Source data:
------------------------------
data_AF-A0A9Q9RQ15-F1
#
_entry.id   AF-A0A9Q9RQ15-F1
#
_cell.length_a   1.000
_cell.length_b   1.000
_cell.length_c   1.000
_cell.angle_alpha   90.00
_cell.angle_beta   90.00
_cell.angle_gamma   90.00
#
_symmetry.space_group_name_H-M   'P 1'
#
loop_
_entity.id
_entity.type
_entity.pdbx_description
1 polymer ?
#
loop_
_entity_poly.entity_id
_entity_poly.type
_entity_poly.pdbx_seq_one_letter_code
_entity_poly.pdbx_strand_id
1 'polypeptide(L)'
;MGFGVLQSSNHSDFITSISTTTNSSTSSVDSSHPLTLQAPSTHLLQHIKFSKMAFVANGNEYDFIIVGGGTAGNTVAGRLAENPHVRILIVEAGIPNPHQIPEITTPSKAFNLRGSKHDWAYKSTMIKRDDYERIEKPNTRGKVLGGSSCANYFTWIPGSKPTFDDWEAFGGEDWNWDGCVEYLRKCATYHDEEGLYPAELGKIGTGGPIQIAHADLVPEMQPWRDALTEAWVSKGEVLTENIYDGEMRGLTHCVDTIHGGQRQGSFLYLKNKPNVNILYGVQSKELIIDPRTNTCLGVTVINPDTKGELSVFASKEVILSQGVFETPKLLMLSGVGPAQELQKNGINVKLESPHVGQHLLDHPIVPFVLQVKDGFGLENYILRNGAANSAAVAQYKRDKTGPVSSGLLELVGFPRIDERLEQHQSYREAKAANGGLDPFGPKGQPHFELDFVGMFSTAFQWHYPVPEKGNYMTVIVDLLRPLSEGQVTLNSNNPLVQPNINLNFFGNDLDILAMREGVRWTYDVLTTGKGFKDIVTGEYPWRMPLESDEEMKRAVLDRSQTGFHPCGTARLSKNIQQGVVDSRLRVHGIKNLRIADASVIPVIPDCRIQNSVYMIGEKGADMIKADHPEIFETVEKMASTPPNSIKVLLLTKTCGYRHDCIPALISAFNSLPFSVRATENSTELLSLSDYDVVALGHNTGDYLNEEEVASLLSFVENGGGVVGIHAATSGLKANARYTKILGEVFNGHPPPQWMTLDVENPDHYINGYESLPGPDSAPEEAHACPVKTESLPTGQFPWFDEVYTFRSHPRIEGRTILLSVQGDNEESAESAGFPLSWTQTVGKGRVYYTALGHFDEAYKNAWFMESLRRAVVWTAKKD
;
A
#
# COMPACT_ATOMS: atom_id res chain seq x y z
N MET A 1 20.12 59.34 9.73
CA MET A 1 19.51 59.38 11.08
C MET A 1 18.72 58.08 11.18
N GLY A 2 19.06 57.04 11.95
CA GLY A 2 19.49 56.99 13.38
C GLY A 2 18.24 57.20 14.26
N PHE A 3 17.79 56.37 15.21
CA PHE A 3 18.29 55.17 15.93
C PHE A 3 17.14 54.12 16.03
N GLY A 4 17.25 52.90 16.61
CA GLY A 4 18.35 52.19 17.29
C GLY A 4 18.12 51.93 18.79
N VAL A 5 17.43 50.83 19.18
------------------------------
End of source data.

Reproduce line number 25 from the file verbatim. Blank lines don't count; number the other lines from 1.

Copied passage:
1 'polypeptide(L)'